Thus, it is not without reason that Prime Minister Imran Khan has termed agriculture “the most important sector” for the country’s future. We do not know what it means, but he has also directed the Punjab government to “remove all hurdles for facilitating farmers” and develop strategies for trebling agricultural production. No matter how important the prime minister’s message is, it will sound hollow unless it is backed by radical changes in federal and provincial policies affecting the competitiveness of the farm sector. With food demand rising continuously on the back of high population growth, the government needs to allocate more resources to agriculture research, and set up initiatives to encourage adoption of innovative farm technologies. Inefficient subsidies, as shown by many studies, mostly end up in the pockets of middlemen or big farmers instead of helping smallholders. Besides, programmes are needed for increasing growers’ access to cheaper, formal credit and linking them directly to the markets to eliminate the role of middleman to reduce their costs and raise their incomes. A well-developed agriculture sector can contribute majorly to national economic development and help alleviate rural poverty. For this to happen, policymakers need to clean up the mess they have made in this important sector.

 

 

Internet access

AS the Covid-19 pandemic rages on, and shows few signs of dissipating, one of the many lessons policymakers should be noting is the importance of high-speed internet, particularly for educational purposes and remote work. Yet many parts of Pakistan continue to struggle with accessing the internet, or citizens are unable to afford its costs, or face connectivity issues, particularly in the peripheral regions of Gilgit-Baltistan, Balochistan and the tribal districts of Khyber Pakhtunkhwa. Furthermore, just as women face a constant stream of restrictions in the ‘real world’, their presence and access to the online world is filled with hurdles and setbacks.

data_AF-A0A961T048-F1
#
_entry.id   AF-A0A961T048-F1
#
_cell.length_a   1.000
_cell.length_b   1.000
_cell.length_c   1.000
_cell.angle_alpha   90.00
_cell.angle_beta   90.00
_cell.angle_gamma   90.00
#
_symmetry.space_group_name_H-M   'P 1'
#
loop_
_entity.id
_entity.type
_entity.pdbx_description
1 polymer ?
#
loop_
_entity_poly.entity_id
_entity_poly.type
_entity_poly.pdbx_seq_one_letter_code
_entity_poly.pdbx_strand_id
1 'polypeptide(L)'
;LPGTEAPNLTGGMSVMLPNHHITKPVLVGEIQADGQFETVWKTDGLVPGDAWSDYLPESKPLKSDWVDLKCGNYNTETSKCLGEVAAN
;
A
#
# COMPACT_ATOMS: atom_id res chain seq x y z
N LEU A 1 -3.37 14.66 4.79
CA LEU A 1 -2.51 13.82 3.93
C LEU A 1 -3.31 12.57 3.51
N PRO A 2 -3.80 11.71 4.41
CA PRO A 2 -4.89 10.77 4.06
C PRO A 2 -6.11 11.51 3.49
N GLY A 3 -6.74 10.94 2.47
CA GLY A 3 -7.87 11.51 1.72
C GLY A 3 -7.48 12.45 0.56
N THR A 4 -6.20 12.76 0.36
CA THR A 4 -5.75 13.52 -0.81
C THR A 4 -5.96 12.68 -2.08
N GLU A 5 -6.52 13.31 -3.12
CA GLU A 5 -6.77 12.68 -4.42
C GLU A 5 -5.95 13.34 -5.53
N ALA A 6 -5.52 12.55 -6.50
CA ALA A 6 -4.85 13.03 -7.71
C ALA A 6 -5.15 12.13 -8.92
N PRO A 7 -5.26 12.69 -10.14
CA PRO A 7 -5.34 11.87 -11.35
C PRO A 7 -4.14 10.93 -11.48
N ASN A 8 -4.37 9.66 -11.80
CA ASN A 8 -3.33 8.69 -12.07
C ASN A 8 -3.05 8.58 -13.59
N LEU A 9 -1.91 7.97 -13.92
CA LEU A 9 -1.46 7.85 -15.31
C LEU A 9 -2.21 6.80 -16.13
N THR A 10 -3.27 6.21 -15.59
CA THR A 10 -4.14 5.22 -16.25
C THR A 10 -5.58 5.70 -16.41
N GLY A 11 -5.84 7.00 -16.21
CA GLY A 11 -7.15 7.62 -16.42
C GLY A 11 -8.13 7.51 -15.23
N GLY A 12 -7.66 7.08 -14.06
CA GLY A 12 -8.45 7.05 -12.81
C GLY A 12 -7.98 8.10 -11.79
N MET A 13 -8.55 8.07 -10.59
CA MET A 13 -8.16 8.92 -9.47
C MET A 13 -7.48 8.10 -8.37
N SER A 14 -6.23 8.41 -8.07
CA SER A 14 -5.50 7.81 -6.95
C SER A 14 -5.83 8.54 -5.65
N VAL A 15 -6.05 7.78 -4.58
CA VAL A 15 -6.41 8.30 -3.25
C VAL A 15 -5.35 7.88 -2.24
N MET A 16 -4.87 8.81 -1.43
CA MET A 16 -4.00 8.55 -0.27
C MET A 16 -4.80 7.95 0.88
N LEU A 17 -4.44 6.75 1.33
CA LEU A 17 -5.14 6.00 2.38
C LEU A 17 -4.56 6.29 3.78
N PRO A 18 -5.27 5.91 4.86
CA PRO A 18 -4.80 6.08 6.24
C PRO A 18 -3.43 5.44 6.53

Last week, the non-profit organisation Media Matters for Democracy published its most recent findings on women’s access to the internet in a report titled Women Disconnected: Feminist Case Studies on the Gender Digital Divide Amidst Covid-19. Interviewing 215 women across Pakistan, including in the newly merged tribal districts, it noted that six out of 10 women faced some form of restriction from their families when accessing the internet, including for carrying out simple tasks such as attending online classes — the standard method of teaching for many during the pandemic — or communicating with family members on WhatsApp. Besides the gender divide, the survey also looked at socioeconomic barriers. It found that only 40pc of respondents use the internet daily; of those women, half belong to families earning more than Rs60,000 each month. Among women who do not use the internet at all, seven out of 10 belong to families who earn less than Rs30,000 each month. More than 75pc of respondents said that the internet was expensive and out of their reach. Additionally, when it came to cultural attitudes, many Pakistanis continue to regard women’s access to the internet with suspicion, and more than half of the respondents mentioned concerns from family members. The survey offers a list of recommendations for the government, including the setting up of public Wi-Fi spaces that are accessible to women, keeping ‘cultural dynamics’ in mind.